Renaming the Family is a start, but the Family, Genus and Species aren't as important to the consumer. When you talk about the subspecies or varieties, I think that would be most useful to a consumer and the grower as well. From the trade point of view, there are only two varieties: criollo and forastero. If you have flavor bean (Nacional for example) listed as a Forastero, is the farmer getting a premium for their beans? (This, I'm sure opens another whole topic about farmers benefiting from a premium). Another reason to update the system is usage of pod shapes(Amelonado) as a way to differentiate varieties, as this has been shown to be fairly useless. Although, when some 80+% of all beans being classified as Forastero, and they are growing all over the world, they couldn't possibly be the same or of equal quality. For example, genetics has identified markers that significantly differentiate between upper and lower Amazon forasteros. If it's too unrealistic to expect a new classification to differentiate groups, then I think the consumer deserves to have the grade at which the beans were rated for quality. Just because the beans are Madagascar doesn't mean the manufacturer used premium grade beans.

Concerning the Ecuadorian bean specifically. Arriba is often thought of as synonymous with Nacional. It is my understanding that Arriba is only a subtype of Nacional. I also haven't found it written anywhere that Nacional beans are found outside Ecuadorian borders but I'm not sure why we think that way. Every other type has traveled the globe, why couldn't a Nacional bean have been taken (smuggled even) at least across the Colombian border. I still have questions about Santanders beans and seen another forum that refers to them as the same as the Ecuadorian Nacional.

You raise a lot of interesting questions - which is what I have come to expect (and respect) from you.

You are right, as far as the consumer is concerned, there are three major types of beans, criollo, forastero, and trinitario. Forasteros and trinitarios are grown around the world, criollos have a much more limited range. Because of the way cacao is pollinated, there is a huge amount of natural hybridization going on and it is usually the case that you can spot pods with different genetics on the same tree, not just in the same area of an orchard. Morphological analysis (shape) reveals little, and genetic testing makes no sense as it takes too long and is too expensive.

From what I have learned, Arriba is the name given to the unique flavor of the true Nacional bean. The Nacional has been described as a forastero with many criollo characteristics, but no-one knows how the bean evolved. I have been told that attempts have been made to plant Nacional varieties outside of Ecuador, but none of those experiments resulted in plants that produced cacao that remotely resembled the flavor of Nacional planted in Ecuadorian soil upriver from Guayaquil. Colombia is a net importer of cacao and my understanding is that much of the cacao that is used for Santander bars is actually Ecuadorian and not native Colombian. The Colombian beans are of lesser quality and are used for the domestic market. Santander is owned by the largest chocolate company in Colombia - if not South America. They are best known for the Jet brand of candy bars.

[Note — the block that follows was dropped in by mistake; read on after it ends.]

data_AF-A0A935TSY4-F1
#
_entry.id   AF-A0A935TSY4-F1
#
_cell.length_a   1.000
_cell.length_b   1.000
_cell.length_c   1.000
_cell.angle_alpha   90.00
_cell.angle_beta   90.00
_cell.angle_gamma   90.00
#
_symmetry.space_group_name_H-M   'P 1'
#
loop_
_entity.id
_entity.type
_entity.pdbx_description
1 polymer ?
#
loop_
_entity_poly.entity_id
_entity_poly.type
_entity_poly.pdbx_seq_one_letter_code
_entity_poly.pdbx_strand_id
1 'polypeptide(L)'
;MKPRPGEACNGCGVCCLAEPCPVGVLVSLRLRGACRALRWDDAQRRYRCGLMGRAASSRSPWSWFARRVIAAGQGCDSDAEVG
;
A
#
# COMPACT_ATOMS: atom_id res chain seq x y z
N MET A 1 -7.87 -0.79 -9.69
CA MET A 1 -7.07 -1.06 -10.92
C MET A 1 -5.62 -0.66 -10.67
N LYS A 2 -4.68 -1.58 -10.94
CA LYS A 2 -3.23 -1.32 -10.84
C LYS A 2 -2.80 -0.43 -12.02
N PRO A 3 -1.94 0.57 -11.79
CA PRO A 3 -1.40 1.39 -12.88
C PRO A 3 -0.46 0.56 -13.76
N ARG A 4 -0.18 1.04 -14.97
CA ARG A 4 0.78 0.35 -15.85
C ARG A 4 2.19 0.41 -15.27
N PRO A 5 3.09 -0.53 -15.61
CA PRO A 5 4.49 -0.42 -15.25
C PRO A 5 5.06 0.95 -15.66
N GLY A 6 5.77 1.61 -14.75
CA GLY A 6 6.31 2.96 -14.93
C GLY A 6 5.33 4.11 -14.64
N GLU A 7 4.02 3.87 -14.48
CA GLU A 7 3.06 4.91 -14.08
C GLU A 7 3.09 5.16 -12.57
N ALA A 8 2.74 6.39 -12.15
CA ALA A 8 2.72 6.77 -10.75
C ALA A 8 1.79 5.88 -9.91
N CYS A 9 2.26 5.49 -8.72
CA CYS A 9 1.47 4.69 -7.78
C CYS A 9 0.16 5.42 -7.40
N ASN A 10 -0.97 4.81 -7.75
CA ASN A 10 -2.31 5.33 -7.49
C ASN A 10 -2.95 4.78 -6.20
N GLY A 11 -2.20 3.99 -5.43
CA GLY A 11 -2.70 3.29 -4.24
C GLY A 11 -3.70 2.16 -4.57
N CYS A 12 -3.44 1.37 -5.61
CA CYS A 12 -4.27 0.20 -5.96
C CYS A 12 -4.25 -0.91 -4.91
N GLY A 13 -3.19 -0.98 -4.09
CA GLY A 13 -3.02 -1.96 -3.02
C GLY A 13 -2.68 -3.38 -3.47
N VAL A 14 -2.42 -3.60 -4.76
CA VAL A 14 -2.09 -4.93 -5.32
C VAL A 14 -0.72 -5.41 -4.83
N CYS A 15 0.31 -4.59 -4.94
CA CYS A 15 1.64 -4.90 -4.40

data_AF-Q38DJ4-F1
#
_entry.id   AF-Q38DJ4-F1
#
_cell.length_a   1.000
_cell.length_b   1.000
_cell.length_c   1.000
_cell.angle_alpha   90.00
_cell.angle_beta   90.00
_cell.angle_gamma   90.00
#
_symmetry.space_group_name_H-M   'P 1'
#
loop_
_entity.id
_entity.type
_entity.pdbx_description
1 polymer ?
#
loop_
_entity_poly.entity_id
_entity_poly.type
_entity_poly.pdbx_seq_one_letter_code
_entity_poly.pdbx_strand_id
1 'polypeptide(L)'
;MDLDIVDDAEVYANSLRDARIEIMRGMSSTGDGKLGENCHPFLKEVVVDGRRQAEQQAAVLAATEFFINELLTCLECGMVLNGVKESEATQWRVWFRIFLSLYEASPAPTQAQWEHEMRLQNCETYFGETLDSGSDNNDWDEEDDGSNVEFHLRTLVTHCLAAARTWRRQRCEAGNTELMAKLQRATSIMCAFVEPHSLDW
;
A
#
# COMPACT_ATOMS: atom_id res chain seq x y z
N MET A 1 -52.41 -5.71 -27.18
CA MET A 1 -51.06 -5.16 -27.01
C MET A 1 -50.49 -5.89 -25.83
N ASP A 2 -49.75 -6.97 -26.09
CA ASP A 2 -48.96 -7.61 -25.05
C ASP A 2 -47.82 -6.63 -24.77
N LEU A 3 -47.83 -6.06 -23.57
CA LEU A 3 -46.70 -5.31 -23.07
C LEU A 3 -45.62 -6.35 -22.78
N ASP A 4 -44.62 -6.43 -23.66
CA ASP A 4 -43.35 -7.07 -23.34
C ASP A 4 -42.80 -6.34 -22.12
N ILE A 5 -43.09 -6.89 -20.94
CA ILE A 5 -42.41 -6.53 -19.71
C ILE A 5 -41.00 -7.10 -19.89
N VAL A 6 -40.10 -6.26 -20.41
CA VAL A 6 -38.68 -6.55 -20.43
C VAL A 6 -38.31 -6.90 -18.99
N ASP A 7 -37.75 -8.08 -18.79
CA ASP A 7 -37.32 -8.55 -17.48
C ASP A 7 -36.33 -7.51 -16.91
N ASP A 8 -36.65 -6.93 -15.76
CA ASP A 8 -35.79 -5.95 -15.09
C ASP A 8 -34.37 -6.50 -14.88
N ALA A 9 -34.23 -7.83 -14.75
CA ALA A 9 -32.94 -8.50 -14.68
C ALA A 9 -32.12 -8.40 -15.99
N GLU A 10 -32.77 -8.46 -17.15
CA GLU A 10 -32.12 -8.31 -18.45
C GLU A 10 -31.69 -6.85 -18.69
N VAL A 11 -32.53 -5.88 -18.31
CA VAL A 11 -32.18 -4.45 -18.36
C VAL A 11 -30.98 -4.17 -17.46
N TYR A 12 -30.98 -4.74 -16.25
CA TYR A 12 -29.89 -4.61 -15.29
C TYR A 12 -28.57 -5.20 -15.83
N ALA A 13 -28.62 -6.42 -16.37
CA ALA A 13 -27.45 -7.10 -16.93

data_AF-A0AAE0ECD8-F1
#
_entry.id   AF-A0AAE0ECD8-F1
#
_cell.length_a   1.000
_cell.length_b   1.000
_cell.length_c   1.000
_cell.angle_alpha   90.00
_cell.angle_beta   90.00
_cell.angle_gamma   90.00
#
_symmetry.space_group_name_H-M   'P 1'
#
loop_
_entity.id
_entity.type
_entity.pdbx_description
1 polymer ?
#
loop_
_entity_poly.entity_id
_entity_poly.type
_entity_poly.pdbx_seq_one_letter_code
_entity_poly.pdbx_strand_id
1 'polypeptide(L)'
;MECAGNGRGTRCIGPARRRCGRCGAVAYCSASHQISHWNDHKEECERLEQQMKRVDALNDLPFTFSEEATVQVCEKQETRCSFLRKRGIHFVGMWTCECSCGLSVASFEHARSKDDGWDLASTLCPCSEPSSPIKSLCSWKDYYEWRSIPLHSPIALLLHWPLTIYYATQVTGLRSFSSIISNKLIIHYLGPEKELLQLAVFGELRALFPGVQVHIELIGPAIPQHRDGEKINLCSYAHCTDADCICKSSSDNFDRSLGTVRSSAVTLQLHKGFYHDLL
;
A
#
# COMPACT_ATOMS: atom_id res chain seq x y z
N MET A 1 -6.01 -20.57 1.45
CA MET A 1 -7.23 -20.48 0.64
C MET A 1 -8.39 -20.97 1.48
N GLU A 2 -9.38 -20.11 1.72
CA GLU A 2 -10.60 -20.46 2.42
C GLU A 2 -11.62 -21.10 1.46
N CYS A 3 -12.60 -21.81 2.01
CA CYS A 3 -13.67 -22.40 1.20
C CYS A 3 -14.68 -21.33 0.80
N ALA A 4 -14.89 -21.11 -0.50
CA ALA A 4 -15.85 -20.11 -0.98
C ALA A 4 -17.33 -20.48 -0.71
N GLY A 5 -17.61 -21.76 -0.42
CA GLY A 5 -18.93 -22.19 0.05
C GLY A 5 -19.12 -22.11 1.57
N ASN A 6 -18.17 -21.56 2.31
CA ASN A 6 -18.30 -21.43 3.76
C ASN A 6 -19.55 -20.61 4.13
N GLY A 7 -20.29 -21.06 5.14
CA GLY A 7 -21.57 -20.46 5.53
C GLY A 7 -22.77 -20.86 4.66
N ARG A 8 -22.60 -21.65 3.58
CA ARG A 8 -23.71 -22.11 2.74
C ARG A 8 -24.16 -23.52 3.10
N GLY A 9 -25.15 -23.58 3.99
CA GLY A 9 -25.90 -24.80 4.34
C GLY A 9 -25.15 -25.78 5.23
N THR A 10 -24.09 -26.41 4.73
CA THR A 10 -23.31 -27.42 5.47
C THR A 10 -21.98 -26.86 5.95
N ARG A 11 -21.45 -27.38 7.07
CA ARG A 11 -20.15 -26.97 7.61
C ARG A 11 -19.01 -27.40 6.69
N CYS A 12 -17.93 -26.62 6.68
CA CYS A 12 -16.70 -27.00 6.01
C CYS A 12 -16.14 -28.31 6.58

The idea of using classification is an interesting one that would make a lot of sense if grading systems around the world were standardized. The grading systems are used to determine the price of cacao and are mostly used in the commodity market. However, the grades that are used in the Dominican Republic are different from Venezuela. Here is a quote from the ICCO site on grading:

"Cocoa grading differs across producing and consuming countries. However, over the years, the physical market has developed standard practices set out by the main international cocoa trade associations: the Federation of Cocoa Commerce Ltd (FCC) and the Cocoa Merchants' Association of America, Inc. (CMAA). For example, the FCC distinguishes two grades: good fermented cocoa beans and fair fermented cocoa beans. Samples of good fermented cocoa beans must have less than 5% mould, less than 5% slate and less than 1.5% foreign matter. A sample of fair fermented cocoa beans must have less than 10% mould, less than 10% slate and less 1.5% foreign matter. These tests are carried out through the so-called cut-test. Such a test involves counting off a given number or weight of cocoa beans, cutting them lengthwise through the middle, and then examining them. Separate counts are made of the number of beans which are mouldy, slaty, insect damaged, germinated or flat."

But you're right, knowing that a bar was made from Madagascan Trinitario hybrids with the highest grade would provide some useful information. I think this would make the most sense would be for the smaller artisan producers and hope that the trend trickled up.
Hi All,

Just adding to what Clay has said, there is a paper in a journal called Tropical Science from 2004, issue 44, pp. 23-27 that is called "The first Ecuadorean 'Nacional' Cocoa Collection Based on Organoleptic Characteristics."

The paper is worth a look for those interested in the issue of Nacional. This is me paraphrasing the introduction:

Nacional, which has an "Arriba" floral flavor, was so damaged by Crinipellis Pernicosa and Moniliophtora roreri that hybrids were brought in with high yields and low susceptibility to these diseases. These varieties hybridized with the remaining Nacional, eroding the Arriba flavor which is now virtually non-existent.


Also, if you haven't read "The Genetic Diversity of Cacao and its Utilization" by Bartley, then you might want to request it from your local library. It is a great book that is extremely relevant regarding reclassification of cacao.